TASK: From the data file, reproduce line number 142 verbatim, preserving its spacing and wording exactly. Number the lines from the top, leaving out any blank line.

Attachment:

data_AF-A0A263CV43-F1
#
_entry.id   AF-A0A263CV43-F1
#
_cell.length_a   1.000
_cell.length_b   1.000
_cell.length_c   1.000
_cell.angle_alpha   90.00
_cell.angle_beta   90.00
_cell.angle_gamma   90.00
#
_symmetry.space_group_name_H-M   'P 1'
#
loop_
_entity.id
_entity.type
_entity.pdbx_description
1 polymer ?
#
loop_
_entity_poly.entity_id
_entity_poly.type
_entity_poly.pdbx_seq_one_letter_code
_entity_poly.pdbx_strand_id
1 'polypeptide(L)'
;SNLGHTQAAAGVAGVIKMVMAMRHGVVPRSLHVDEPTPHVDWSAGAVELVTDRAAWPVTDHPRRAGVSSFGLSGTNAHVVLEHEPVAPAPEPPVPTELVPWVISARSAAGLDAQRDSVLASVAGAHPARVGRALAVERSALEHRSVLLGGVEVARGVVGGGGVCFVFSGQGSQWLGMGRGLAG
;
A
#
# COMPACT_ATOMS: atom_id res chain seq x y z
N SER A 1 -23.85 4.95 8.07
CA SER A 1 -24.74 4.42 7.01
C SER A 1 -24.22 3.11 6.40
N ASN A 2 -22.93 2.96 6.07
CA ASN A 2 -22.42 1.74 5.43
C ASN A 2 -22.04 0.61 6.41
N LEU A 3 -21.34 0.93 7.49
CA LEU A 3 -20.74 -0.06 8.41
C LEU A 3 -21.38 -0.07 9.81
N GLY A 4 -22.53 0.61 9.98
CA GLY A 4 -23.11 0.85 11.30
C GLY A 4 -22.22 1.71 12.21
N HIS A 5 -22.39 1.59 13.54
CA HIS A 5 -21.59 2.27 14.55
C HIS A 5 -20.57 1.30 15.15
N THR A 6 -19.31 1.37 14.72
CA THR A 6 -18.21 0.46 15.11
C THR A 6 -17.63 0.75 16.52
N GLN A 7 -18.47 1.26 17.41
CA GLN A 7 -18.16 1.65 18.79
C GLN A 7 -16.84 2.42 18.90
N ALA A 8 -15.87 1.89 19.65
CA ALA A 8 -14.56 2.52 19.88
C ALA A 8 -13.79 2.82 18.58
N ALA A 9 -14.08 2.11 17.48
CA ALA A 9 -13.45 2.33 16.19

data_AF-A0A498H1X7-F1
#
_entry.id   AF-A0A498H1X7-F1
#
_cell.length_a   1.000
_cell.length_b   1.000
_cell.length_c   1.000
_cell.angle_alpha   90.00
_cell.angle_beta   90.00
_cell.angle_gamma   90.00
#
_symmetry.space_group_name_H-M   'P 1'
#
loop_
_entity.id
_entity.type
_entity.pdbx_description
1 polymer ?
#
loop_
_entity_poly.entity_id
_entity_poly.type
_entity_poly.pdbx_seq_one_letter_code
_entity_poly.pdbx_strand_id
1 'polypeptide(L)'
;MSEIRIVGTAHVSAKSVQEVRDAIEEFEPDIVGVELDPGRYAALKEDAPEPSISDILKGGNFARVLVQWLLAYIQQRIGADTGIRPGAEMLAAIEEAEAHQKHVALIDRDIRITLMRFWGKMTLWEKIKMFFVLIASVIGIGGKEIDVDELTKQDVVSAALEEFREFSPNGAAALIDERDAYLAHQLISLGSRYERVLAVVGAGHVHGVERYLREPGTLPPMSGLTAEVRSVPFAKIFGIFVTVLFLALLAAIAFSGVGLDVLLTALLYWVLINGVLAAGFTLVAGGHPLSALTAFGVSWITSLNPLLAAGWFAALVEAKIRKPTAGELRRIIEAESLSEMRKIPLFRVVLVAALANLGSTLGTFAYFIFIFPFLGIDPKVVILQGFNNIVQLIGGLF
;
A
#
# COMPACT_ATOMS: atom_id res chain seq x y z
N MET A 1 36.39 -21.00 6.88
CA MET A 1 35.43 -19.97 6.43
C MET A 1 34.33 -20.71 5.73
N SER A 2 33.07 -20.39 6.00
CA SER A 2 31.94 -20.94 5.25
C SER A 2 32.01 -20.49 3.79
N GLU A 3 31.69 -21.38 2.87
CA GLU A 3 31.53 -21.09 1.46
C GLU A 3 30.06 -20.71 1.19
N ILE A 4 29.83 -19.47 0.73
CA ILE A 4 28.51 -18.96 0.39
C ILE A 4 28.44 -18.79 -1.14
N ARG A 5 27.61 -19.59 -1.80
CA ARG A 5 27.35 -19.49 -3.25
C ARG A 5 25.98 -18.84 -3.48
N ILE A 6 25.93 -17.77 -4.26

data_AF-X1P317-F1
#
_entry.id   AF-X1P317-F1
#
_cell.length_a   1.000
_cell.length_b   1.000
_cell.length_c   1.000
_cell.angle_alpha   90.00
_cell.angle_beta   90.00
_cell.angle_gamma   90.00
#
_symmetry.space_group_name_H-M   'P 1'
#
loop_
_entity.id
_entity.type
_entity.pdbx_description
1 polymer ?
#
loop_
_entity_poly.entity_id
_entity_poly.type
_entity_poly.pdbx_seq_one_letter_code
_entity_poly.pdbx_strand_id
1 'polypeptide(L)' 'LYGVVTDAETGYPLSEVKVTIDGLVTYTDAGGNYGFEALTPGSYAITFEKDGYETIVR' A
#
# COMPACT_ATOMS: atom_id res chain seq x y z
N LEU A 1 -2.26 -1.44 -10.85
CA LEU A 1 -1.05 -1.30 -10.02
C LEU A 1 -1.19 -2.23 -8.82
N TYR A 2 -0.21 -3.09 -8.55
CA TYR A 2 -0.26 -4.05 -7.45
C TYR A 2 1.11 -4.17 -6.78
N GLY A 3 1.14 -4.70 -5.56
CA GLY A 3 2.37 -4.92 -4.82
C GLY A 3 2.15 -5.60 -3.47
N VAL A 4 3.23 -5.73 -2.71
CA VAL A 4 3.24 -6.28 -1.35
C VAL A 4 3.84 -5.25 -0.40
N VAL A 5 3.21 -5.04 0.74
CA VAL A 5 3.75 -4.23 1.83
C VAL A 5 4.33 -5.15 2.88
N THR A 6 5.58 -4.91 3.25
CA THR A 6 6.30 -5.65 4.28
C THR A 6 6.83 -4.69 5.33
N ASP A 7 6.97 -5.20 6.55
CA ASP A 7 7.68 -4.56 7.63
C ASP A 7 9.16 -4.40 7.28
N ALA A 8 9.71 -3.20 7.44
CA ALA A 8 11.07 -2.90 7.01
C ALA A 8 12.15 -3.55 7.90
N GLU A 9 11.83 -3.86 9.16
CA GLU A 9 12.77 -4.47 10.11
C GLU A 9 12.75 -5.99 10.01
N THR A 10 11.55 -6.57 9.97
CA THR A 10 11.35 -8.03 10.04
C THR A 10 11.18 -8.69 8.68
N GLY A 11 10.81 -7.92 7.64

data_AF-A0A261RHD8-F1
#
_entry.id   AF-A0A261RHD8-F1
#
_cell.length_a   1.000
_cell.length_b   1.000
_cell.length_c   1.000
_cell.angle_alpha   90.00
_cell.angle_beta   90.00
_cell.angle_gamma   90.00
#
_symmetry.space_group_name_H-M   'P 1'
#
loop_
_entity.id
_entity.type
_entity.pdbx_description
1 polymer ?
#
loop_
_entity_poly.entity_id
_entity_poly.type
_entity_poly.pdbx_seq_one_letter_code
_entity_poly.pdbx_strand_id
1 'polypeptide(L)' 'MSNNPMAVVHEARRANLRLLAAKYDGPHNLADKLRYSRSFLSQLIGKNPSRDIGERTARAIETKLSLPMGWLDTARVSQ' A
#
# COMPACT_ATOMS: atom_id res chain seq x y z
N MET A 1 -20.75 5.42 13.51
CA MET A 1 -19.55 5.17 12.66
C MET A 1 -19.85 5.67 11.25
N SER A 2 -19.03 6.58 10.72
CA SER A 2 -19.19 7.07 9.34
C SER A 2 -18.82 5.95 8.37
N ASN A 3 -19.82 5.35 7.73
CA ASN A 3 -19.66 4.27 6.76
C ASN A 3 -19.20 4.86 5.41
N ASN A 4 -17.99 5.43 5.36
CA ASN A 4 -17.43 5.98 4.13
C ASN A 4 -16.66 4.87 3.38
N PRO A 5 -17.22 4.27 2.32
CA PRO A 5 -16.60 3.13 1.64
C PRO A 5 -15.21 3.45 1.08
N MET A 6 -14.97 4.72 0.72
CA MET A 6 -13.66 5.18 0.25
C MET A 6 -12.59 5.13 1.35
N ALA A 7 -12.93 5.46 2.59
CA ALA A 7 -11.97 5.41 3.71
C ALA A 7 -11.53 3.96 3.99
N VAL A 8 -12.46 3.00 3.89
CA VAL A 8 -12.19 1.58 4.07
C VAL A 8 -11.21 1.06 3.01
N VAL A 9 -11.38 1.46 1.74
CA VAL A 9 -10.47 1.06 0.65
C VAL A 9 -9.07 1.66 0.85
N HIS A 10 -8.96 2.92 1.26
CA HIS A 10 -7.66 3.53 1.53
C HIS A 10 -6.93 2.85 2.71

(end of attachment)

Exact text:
N VAL A 5 3.21 -5.04 0.74